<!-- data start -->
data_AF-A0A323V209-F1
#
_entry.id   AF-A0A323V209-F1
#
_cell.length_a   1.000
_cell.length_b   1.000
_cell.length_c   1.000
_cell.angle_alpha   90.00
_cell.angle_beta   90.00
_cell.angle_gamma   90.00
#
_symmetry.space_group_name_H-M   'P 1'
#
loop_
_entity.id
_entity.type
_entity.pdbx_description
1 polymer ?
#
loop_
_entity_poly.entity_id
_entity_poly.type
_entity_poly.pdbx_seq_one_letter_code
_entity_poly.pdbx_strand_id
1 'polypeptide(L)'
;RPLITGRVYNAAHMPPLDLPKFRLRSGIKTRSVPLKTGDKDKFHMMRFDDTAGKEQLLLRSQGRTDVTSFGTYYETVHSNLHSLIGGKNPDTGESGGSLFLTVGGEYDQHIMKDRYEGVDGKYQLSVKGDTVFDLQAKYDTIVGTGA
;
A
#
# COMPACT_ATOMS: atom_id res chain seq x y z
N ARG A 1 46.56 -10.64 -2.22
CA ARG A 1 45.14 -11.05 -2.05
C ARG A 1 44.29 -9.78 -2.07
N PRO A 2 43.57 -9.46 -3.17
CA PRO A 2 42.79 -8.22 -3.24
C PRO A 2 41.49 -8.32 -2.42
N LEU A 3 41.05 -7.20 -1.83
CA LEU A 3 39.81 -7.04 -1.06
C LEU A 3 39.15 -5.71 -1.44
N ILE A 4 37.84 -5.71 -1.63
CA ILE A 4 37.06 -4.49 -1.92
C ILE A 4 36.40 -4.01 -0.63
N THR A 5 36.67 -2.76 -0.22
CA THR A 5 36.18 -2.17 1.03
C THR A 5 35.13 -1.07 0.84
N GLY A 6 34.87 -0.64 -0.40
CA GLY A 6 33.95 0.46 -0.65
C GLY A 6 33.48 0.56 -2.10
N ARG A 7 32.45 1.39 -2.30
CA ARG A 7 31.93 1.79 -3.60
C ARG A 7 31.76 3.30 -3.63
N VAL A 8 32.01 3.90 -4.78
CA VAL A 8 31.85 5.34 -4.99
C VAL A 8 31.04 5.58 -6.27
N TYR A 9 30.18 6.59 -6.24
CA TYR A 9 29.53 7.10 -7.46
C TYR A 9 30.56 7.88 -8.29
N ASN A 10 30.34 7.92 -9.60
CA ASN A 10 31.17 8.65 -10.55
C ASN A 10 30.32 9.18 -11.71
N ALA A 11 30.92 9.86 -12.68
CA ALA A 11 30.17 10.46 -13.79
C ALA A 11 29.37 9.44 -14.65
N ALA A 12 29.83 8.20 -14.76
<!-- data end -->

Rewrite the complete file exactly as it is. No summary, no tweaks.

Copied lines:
data_AF-A0A323V209-F1
#
_entry.id   AF-A0A323V209-F1
#
_cell.length_a   1.000
_cell.length_b   1.000
_cell.length_c   1.000
_cell.angle_alpha   90.00
_cell.angle_beta   90.00
_cell.angle_gamma   90.00
#
_symmetry.space_group_name_H-M   'P 1'
#
loop_
_entity.id
_entity.type
_entity.pdbx_description
1 polymer ?
#
loop_
_entity_poly.entity_id
_entity_poly.type
_entity_poly.pdbx_seq_one_letter_code
_entity_poly.pdbx_strand_id
1 'polypeptide(L)'
;RPLITGRVYNAAHMPPLDLPKFRLRSGIKTRSVPLKTGDKDKFHMMRFDDTAGKEQLLLRSQGRTDVTSFGTYYETVHSNLHSLIGGKNPDTGESGGSLFLTVGGEYDQHIMKDRYEGVDGKYQLSVKGDTVFDLQAKYDTIVGTGA
;
A
#
# COMPACT_ATOMS: atom_id res chain seq x y z
N ARG A 1 46.56 -10.64 -2.22
CA ARG A 1 45.14 -11.05 -2.05
C ARG A 1 44.29 -9.78 -2.07
N PRO A 2 43.57 -9.46 -3.17
CA PRO A 2 42.79 -8.22 -3.24
C PRO A 2 41.49 -8.32 -2.42
N LEU A 3 41.05 -7.20 -1.83
CA LEU A 3 39.81 -7.04 -1.06
C LEU A 3 39.15 -5.71 -1.44
N ILE A 4 37.84 -5.71 -1.63
CA ILE A 4 37.06 -4.49 -1.92
C ILE A 4 36.40 -4.01 -0.63
N THR A 5 36.67 -2.76 -0.22
CA THR A 5 36.18 -2.17 1.03
C THR A 5 35.13 -1.07 0.84
N GLY A 6 34.87 -0.64 -0.40
CA GLY A 6 33.95 0.46 -0.65
C GLY A 6 33.48 0.56 -2.10
N ARG A 7 32.45 1.39 -2.30
CA ARG A 7 31.93 1.79 -3.60
C ARG A 7 31.76 3.30 -3.63
N VAL A 8 32.01 3.90 -4.78
CA VAL A 8 31.85 5.34 -4.99
C VAL A 8 31.04 5.58 -6.27
N TYR A 9 30.18 6.59 -6.24
CA TYR A 9 29.53 7.10 -7.46
C TYR A 9 30.56 7.88 -8.29
N ASN A 10 30.34 7.92 -9.60
CA ASN A 10 31.17 8.65 -10.55
C ASN A 10 30.32 9.18 -11.71
N ALA A 11 30.92 9.86 -12.68
CA ALA A 11 30.17 10.46 -13.79
C ALA A 11 29.37 9.44 -14.65
N ALA A 12 29.83 8.20 -14.76